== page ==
Today, I’m sharing a quick little tutorial for a Hand-Warming Muff.
(Looking for more free patterns? Be sure to check out my free patterns and tutorials page here.)
Hand Warming Muff Tutorial
Last week, I finished up a pink faux fur vest for my daughter that had been in my to-do pile since November. After the vest was done I decided to whip up a matching hand-muff for the photos. (Chopped bangs and all…)
Sewing the 1st version of the muff, I just made it up as I went along, but after looking through the pictures, I decided the muff looked a little too wide. Rather than just taking apart the pink muff, (I am done w/ the faux
fur!) I decided to make one more to get the measurements right before posting the tutorial for the Muff.
I used an old cable-knit sweater and the leftover fleece for the second muff and I just love it! (The leftover fleece came from this easy fleece hat tutorial.)
The good part is, I made two versions of this hand muff! So a lucky reader can win one of my Hand-Warming Muff’s for their own sweet princess! (Or prince, it could go either way…) (Giveaway has ended.)
How to make a hand-warming Muff:
- 12 x 14 inch fabric for the top, (fleece, faux fur, sweater knit, flannel, etc…)
- 8.5 x 14 inch fabric for the lining: (I used fleece)
- Batting (depending on the thickness you may want to double up (mine was low loft, so I did 2 pieces for extra warmth and thickness)
- About 13 inches of coordinating ribbon or double fold bias tape.
- coordinating thread
Step 1: Cutting the fabric pieces.
- Cut the outer/top fabric piece 12 inches wide by 14 inches long.
- Cut the inside/lining piece 8.5 inches wide by 14 inches long.
- Cut the batting 12 inches wide by 12.75 inches long.
Step 2: Assembly.
Lay the outer/top fabric piece right side down on your workspace.
Center the batting on top of the outer/top fabric piece, so that 1/2 inch of the top/outer fabric shows on top and bottom.
Pin the batting to the fabric securely.
Draw lines on the fabric based on the diagram below. (This is to mark where you will “quilt” the fabric.)
Sew a straight line of stitches down the lines marked red. This will attach the batting to the top piece.
Next lay the fabrics on your workspace in this order:
- batting side down, top piece right side up
- fleece right side down.
Then pin the sides of the fabric together, it will look like this:
Sew 3/8 of an inch from the edge of each side, being careful to catch all layers in the stitch line. Flip the fabric right side out.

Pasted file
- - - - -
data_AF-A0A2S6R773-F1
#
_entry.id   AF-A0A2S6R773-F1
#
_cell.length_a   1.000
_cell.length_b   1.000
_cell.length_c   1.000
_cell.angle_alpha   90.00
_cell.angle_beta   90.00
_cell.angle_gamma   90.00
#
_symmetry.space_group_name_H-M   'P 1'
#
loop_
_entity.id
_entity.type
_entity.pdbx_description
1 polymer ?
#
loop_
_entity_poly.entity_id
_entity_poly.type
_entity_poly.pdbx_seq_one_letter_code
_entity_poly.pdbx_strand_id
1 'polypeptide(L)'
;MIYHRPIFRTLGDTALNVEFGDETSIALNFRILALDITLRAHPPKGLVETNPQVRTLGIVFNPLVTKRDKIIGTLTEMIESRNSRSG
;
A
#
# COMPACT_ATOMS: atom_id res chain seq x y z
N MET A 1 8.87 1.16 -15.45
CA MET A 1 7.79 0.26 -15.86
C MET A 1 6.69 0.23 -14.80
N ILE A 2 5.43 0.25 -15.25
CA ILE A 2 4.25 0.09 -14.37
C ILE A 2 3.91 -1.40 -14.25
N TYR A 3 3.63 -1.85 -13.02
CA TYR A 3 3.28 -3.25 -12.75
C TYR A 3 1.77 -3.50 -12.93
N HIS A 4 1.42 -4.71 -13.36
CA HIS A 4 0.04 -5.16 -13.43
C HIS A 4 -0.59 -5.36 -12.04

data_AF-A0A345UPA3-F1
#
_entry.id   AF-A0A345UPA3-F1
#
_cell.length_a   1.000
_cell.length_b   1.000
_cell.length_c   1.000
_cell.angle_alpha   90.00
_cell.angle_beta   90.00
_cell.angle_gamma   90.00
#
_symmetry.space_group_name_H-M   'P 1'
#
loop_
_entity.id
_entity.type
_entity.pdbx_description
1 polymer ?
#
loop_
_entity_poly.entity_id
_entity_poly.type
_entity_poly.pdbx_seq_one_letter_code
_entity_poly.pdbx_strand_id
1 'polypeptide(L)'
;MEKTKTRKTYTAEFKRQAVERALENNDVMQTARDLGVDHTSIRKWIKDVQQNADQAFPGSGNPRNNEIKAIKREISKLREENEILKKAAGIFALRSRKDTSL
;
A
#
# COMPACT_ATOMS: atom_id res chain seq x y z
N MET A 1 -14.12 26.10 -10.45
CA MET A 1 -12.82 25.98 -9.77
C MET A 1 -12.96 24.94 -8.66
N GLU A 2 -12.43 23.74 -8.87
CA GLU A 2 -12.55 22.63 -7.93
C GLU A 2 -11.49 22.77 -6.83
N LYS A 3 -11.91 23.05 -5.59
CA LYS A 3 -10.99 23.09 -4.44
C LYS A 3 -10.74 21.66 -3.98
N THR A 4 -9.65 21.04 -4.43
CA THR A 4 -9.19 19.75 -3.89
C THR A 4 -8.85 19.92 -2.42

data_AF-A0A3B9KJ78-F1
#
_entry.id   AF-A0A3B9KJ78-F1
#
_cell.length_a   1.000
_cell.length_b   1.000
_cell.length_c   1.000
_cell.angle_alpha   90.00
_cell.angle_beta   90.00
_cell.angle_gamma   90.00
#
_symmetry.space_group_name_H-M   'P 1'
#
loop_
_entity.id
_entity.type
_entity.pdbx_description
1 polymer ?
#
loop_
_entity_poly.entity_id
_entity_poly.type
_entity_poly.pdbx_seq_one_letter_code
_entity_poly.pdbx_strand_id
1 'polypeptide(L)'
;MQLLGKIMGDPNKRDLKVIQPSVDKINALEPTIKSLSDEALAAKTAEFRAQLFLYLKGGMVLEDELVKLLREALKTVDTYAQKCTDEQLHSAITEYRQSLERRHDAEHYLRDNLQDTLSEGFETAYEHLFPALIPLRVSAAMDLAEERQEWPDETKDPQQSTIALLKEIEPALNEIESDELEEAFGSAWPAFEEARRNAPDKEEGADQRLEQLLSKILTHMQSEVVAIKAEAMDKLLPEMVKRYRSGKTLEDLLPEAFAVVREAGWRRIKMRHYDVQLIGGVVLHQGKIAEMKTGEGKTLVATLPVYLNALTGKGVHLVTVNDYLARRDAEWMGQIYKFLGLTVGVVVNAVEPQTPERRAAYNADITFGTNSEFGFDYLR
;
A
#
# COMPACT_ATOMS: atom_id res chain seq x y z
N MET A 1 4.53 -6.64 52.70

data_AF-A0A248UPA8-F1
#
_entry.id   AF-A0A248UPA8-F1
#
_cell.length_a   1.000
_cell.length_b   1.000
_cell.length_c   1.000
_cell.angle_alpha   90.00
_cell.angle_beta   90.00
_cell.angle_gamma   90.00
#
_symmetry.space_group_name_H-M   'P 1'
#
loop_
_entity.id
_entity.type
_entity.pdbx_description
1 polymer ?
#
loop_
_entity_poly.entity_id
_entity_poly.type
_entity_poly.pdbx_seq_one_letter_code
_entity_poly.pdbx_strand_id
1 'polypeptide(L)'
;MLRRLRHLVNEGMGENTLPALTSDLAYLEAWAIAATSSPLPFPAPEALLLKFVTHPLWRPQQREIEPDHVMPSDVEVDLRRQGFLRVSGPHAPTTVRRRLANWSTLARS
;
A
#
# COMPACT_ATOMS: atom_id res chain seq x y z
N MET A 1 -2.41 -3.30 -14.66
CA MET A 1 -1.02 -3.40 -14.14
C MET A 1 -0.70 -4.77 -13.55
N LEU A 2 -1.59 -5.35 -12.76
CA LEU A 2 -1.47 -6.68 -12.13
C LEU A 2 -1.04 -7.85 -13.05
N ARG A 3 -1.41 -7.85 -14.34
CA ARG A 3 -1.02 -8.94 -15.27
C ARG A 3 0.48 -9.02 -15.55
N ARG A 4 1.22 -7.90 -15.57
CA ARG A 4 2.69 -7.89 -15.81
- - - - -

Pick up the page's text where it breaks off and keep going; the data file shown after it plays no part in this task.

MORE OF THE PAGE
Then, right sides of the muff together, pin the edge closed. Since the batting was 1.25 inches shorter, you should be able to line the edges up fairly evenly and get the pins through.
Cut your ribbon or bias tape to about 13 inches. If you are using bias tape, just sew the open edge closed. Pin the edges of the ribbon into the seam you just pinned.
Sew a straight stitch down the unfinished edge of the muff, right along the edge of the batting. (About 3/8 to 1/2 inch from the edge.) You don’t want the batting sticking out of the seam, so you may need to push it back in as you sew the seam. (You may run into this if your batting is extra thick.)
When you get to the ribbon, make sure you sew around the edge of the ribbon so it does not hang out past the seam. (If you look closely at my muff in the picture below, you can see how I let the edge of my ribbon show.)
Flip the muff right side out and you are done!
If you are inspired to create something based on this tutorial, please come back and share your version on my Facebook page. I would love to see it!
Like this project? Don’t forget to pin it!
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About the Author
Jamie Sanders is a wife and mom of 2, located in the heart of Texas. She founded Scattered Thoughts of a Crafty Mom in 2011 as a place to share creative ideas and family friendly recipes. Her work has been featured on Martha Stewart, Woman’s World, HuffPost, TODAY, Pioneer Woman, HGTV, CNET, Good Housekeeping, Yahoo, Oprah Daily, and Redbook, plus many other publications. To date, she had given away just under a million free pdf sewing patterns.